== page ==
Patty Sullivan and Michael Kinney share their parenting tricks and tips



Estimated Reading Time 3 Minutes

When it comes to raising their two daughters, it isn’t all fun and games
for Kids’ CBC host and producer Patty Sullivan and actor Michael
Kinney. They have established some ground rules for their girls –
including limiting TV!

What do your kids do when they see you on TV?

Patty Sullivan: The little one will lock on to me when I’m on the air and gets upset if I disappear from the scene. With the eldest, it’s no big deal – that’s just “Mommy at work.” But when she sees my husband on TV? Well she wants to see it again and again!!
Michael Kinney: I tend to get a bigger reaction than Patty as I’m not on as much as her. They can see their mother on TV pretty much every morning.

How much TV time are your kids allowed and what do they watch?

PS: The eldest gets to watch about an hour a day during the week, and we make sure it’s always educational (can you say Kids’ CBC?? LOL!). And as long as she does her chores and homework, she can watch a movie on the weekend.
MK: We really only let our oldest daughter watch TV; our little one is still a bit young. When she does watch, the TV rotates between Disney Jr., Treehouse, Kids’ CBC, PBS and TFO.

What do you admire most about your partner’s parenting skills?

PS: I love how he will always take the time to go that extra mile to explain things to our daughter – like using a flashlight to show her how we experience day and night. She then proudly explains it to others!
MK: Patty is amazing at coordinating activities for the girls – whether it’s swimming lessons, skating lessons, piano lessons, dance classes, play dates or sleepovers. She really does an amazing job of exposing them to new things.

How have your backgrounds as performers influenced your parenting styles?

PS: As a performer, you have to be in touch with your emotions. You also learn to “put yourself out there” and take risks. I assure them it’s okay to talk about and show their feelings. And I tell them they should never be afraid to try new things. It’s good to take chances.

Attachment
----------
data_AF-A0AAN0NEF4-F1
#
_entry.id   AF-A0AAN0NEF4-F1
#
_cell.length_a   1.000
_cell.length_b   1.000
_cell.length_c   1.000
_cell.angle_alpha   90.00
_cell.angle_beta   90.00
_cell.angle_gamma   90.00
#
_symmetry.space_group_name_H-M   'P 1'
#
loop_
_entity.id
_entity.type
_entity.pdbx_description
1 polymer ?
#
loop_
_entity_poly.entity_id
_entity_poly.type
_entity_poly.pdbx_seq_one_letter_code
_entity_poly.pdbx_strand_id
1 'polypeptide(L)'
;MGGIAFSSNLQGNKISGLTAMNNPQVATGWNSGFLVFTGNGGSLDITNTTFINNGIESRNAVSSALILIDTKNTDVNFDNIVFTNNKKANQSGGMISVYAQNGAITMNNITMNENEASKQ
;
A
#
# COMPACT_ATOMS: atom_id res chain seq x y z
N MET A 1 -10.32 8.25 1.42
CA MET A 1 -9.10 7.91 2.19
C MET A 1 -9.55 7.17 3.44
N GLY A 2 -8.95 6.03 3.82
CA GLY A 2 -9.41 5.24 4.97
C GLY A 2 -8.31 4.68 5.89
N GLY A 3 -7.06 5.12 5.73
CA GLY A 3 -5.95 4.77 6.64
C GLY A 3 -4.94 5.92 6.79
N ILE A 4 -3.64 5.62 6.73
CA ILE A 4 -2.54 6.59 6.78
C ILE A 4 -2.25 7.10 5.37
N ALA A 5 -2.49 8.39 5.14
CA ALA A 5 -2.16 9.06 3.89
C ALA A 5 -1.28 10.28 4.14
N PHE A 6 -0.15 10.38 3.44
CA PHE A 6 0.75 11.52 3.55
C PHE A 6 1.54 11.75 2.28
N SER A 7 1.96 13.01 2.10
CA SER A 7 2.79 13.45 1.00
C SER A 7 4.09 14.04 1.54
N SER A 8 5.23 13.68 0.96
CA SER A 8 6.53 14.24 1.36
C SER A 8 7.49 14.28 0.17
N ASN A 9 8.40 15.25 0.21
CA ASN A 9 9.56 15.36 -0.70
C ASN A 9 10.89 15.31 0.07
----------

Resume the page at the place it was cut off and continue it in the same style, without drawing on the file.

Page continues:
MK: We can be pretty animated. And acting goofy isn’t a big stretch for us. But I think the biggest thing is our ability to NOT talk down to our kids. We both have a background in children’s educational television, so we respect our children’s intelligence. We break things down when we ask them to do something or when we need to correct them. We give them not only the “what,” but more importantly the “why.”

Do you have any tricks or tips for making chores fun?

PS: When my daughter is helping, putting the laundry or toys away will sometimes become a race or a matching game. But when it’s just me doing it? No tricks really. But now you’ve got me thinking….
MK: Having been a producer and host on a science show for many years, I try to turn the mundane into a “did you know” moment and tell an interesting story. It’s hit and miss.

What are your favourite games to play as a family?

PS: We’ll play ball, hide and seek or blow bubbles. The little one really likes that! And sometimes when the little one is in bed, we might play Snakes and Ladders or UNO.
MK: There are the good old standbys, like hide-and-seek. We build things with blocks to involve the little one.

Fill in the blank: After the kids are asleep, we like to …

PS: … Exhale! And to wind down, we’ll often grab a glass of wine and catch up on some TV or watch a movie together.
MK: … Talk about our day, and just reconnect. We reaffirm that we’re both doing an amazing job with this whole parenting thing.

Originally published in ParentsCanada magazine, October 2012.

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